“There’ a lot of paradoxes. We’re not doing this for money, but on the other hand, we want to do it to the point where we can make money for it. We run a label and we’re artists on that label, you know?”
The cover art for Paradox of Minds is striking. Black and white photographs of a studio filled with recording stuff and two men in their twenties managing it all. Inside the cover: a list of the equipment and computer programs that the boys used in putting Paradox of Minds together.
“I guess that’s about how we like to do everything ourselves from start to finish. We save up for the new equipment and then end up writing about that. We make music for, you know, really enthusiastic hip hop heads. This is sort of an emcee’ album or producer’ album. All the people we hang out with that make music or run labels; they’re the ones we think will get the most out of it”, says Must.
“That list is just the sort of we would appreciate in an album,” Mata says. “I find it interesting to learn how something was made.”
Much of Paradox of Minds is spent reflecting on the state of The Industry, and manufacturing a way forward in a market struggling to deal with the New Media. Mata and Must are also label heads of Pang Productions. Surely, as both artists and label runners, they’d have a fair bit to say about the commercial realities of music making. They’ve reflected on it at length.
For Must, “the way we consume music is very much changing. At the end of the day those ten people who’ve downloaded might spread it to another ten who might purchase. Are we making music to make money or to influence people’ lives?” A paradox (of minds), apparently.
Mata adds, “when you had the CD sales fall, you had the prices of tickets and the actual sales of tickets go up so there was this parallel between them. If you have more people downloading your music, that’s just more exposure so other income avenues should go up.”
“But the main reason I make music is the need to create something. At the end of the day – and this is also through running the label – I feel like we’re making a good contribution by putting music out there.”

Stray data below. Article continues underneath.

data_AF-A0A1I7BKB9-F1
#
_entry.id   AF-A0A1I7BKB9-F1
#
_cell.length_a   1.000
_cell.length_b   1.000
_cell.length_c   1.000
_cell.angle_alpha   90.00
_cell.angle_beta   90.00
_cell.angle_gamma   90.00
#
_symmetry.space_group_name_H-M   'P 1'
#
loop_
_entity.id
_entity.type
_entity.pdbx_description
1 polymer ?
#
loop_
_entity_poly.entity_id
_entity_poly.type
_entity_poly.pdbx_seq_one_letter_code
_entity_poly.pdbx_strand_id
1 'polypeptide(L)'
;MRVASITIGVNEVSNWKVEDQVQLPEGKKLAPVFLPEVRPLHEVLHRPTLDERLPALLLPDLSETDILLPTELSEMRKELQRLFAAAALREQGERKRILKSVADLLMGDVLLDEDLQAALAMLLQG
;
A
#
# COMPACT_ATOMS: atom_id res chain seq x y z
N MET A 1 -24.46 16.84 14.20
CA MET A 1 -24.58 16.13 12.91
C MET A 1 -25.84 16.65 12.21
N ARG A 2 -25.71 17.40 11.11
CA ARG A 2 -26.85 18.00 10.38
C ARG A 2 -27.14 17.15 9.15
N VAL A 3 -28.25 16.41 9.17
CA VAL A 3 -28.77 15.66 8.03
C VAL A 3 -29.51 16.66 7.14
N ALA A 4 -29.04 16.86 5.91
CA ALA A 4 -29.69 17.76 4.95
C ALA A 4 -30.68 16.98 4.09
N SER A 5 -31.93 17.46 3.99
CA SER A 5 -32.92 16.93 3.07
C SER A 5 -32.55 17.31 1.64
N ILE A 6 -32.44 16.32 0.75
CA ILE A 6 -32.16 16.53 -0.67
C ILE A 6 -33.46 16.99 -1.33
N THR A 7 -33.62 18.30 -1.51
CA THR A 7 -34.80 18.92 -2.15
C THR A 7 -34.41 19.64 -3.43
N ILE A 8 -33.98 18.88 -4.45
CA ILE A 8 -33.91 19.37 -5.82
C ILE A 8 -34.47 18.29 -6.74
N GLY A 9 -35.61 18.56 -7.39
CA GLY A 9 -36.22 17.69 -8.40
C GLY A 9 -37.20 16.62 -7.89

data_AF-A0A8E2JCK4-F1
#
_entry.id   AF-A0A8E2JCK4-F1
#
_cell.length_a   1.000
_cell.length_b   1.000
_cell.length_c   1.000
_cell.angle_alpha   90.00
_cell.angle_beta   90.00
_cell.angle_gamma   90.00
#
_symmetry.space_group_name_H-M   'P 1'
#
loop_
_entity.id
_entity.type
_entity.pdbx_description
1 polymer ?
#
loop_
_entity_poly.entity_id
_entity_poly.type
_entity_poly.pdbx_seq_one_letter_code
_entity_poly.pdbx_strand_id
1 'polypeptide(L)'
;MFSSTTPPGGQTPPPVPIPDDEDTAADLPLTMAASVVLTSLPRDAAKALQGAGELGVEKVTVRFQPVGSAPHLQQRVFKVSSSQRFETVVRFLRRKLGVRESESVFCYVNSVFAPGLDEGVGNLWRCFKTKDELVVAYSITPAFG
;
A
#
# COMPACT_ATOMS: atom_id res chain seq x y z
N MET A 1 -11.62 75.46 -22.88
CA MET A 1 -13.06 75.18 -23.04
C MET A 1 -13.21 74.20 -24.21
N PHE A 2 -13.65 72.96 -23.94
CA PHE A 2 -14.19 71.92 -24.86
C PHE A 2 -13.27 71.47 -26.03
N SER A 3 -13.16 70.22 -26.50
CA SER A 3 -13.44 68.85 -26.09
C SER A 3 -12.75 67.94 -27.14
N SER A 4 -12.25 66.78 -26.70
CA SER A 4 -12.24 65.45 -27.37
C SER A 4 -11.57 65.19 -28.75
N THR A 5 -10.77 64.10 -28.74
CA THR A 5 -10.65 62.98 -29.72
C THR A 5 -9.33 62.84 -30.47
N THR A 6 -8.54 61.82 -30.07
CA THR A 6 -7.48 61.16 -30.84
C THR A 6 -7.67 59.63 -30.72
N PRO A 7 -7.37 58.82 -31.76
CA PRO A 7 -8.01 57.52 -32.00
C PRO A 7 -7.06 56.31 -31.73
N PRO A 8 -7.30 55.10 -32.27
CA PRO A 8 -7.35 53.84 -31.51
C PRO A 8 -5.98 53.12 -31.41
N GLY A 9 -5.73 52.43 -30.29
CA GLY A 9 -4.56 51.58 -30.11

But (and these paradoxes keep piling up) if Mata and Must were all about getting their music to the greatest number as easily as possible, why charge for the album? Why feed the beast?
Mata and Must considered putting the album up for free download. Must says, “we weighed up the advantages. If we did it as a free thing, maybe we could get it to a lot more people and maybe sell out larger shows.”
“But I have a thing about value and how you value your product. Some people will have a product that they sell on the street for five dollars when it’s really worth twenty. The value you put on your product transcends to the listener. If I’ve worked one hour for twenty bucks and I can go out and buy four albums in comparison to one, I will value each of those four albums less that the more expensive one.”
So a free album is only worth as much as it costs?
“We’re selling this as a product, and that’s why we spent so much time on mixing and mastering…Churning it out is just not our style. We’re always trying to make the highest quality we can possible; you’ve got to make the best track.”
They’re making art. They’re selling it as a product. They’re label bosses. They’re artists. They object to The Industry. They’re a part of The Industry. They want their music to be heard by as many people as possible. They won’t give it away free.